Remembering Cho Ramaswamy: From theatre to films, a lodestar of lampoon
A tsar of satire, Cho Ramaswamy will be forever remembered in his trademark olive green safari suit paired with large gold-rimmed glasses and ash smeared over his forehead. But most of all, he will truly be remembered as the lodestar of lampoon.
It's hard not to find a pattern now, between December and debacles for Chennai. The city has been put through rigorous tests — in 2004, when the tsunami struck, in 2015, when rains flooded the city or back in 1987, when MGR's death turned the city violent. And now in 2016, when Chief Minister Jayalalithaa passed away on Monday, 5 December. And after every test, the city has spectacularly bounced back; everyone talks about the famed "Mumbai spirit", but Chennai in its own quiet way shows Mumbai how it's done sometimes.
The coincidence however does not end with Jayalalithaa's passing — her close friend and sharp critic Cho Ramaswamy breathed his last on Wednesday, 7 December, also at Apollo Hospital. If Deepak Chopra were observing the events, he'd call it signs from the universe that can perhaps guide us. Of course, it is tempting to think that these events are hinting at hidden truths that foreshadow something significant, but look at it statistically and objectively: random improbable events happen all the time. Attaching a meaning to them is something we humans tend to do, but only at times like these, it comforts us by being poetic.
Who is Cho Ramaswamy? Journalist, skilled orator, political commentator and analyst, veteran theatre artiste, actor, satirist, playwright, editor, lawyer... the list is endless but it can only give us a glimpse of the man's greatness. By now, you would've seen the Prime Minister's tribute to Cho (Cho is his moniker he got after playing a character with the same name in the play Thenmozhiyal), which no doubt speaks about their closeness. The video shared by Modi doesn't even begin to do justice to Cho's fiery speeches or his passion for political satire.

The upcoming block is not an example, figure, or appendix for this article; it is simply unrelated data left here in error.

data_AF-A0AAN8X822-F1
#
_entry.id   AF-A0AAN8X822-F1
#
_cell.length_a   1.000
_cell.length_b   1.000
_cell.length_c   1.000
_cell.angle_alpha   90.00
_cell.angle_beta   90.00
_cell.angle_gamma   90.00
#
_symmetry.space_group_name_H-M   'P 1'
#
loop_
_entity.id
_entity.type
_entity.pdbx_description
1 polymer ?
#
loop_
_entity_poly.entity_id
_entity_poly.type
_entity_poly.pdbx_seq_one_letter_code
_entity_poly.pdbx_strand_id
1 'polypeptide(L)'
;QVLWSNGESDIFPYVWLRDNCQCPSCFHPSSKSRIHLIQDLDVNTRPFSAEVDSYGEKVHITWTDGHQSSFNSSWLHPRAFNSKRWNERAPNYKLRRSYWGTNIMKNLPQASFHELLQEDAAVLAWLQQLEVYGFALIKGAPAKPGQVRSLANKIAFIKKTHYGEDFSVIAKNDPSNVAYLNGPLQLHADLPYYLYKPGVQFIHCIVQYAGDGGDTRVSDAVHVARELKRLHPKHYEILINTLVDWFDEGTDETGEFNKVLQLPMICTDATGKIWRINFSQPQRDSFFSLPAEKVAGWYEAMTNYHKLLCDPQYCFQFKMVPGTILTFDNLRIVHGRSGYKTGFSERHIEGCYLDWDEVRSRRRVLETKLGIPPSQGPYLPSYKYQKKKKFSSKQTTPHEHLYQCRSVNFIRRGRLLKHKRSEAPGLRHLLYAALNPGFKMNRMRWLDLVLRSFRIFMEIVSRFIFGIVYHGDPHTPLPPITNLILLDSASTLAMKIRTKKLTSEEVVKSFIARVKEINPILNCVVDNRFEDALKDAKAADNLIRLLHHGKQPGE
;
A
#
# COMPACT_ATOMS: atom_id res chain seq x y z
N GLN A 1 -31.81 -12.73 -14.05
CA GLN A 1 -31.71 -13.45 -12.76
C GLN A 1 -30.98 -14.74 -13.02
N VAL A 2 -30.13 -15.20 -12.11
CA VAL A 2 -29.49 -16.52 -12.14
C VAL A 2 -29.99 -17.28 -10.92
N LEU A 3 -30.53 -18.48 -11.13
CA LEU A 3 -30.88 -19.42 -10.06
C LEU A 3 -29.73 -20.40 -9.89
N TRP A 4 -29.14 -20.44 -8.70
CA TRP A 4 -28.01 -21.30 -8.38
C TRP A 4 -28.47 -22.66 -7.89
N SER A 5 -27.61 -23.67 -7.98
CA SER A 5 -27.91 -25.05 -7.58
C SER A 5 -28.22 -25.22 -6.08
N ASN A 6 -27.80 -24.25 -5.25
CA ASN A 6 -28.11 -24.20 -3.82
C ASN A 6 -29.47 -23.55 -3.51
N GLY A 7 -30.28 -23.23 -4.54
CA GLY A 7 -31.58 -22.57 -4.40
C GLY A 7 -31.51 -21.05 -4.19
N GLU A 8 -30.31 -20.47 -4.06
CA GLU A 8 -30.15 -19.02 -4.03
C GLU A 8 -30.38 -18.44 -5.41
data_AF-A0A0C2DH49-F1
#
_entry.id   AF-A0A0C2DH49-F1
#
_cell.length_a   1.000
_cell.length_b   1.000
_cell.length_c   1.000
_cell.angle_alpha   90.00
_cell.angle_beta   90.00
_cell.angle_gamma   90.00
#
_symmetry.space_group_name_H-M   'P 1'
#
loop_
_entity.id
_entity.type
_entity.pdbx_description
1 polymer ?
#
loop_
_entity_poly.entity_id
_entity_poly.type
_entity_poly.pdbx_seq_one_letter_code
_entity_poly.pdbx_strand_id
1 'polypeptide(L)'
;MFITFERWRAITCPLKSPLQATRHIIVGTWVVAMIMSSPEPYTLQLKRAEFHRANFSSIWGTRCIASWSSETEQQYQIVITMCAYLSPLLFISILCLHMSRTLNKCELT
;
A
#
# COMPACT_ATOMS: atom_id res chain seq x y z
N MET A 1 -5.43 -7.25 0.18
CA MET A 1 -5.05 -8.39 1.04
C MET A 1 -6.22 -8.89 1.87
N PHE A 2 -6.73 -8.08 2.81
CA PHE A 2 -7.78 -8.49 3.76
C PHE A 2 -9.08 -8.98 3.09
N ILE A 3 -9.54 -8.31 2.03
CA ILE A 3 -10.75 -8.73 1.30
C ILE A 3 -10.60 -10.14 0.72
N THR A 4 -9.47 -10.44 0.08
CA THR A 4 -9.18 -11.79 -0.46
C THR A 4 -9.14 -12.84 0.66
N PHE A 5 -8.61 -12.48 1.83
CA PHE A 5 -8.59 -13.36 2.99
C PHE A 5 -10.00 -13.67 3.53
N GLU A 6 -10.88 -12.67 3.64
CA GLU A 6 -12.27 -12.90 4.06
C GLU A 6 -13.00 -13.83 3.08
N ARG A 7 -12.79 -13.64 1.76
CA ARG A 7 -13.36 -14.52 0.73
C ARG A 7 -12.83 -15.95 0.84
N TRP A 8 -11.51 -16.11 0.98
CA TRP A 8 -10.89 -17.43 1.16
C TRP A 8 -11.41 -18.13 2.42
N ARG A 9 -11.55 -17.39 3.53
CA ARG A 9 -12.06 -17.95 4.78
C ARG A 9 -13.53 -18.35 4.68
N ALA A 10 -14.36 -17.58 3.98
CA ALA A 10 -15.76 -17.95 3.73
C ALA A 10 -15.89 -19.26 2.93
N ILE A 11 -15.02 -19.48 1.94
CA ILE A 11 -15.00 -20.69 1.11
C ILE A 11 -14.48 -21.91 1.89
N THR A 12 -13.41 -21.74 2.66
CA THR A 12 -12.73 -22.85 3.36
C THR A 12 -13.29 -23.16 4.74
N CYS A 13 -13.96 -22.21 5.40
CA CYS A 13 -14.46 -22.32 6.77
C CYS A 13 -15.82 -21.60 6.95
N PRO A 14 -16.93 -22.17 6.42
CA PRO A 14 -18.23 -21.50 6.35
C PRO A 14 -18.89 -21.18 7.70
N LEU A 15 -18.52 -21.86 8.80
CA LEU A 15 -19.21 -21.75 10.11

The above clip is from his play Mohammad bin Thuglak, a seminal socio-political satire that he first staged in 1968, taking a dig at then Prime Minister Indira Gandhi and her totalitarian regime. It has been staged almost 2,000 times since then. Its success gave rise to his Tamil weekly, christened Thuglak — the magazine became a regular fixture in most middle-class households. I still remember my late grandfather eagerly awaiting that week's issue, to consume a healthy dose of intelligent political satire — this is no attempt to mollify his passing away, but Thuglak was one of the first publications that initiated me into the workings of Indian politics.
Thuglak was nothing like the other Tamil magazines you read; there were no recipes listed, perhaps one movie review and no pointless gossip. During the Emergency, Thuglak was one of the few publications that wasn't threatened by it, and although Cho stopped its publications after two issues, the first issue to come out after was bold: the magazine had a black cover, something he would employ again after the demolition of the Babri Masjid. Cho didn't stop there though, he reviewed a movie called Sarvadhikari (Dictator), made in the '50s, during the Emergency to condemn the going ons. He always loved a good challenge.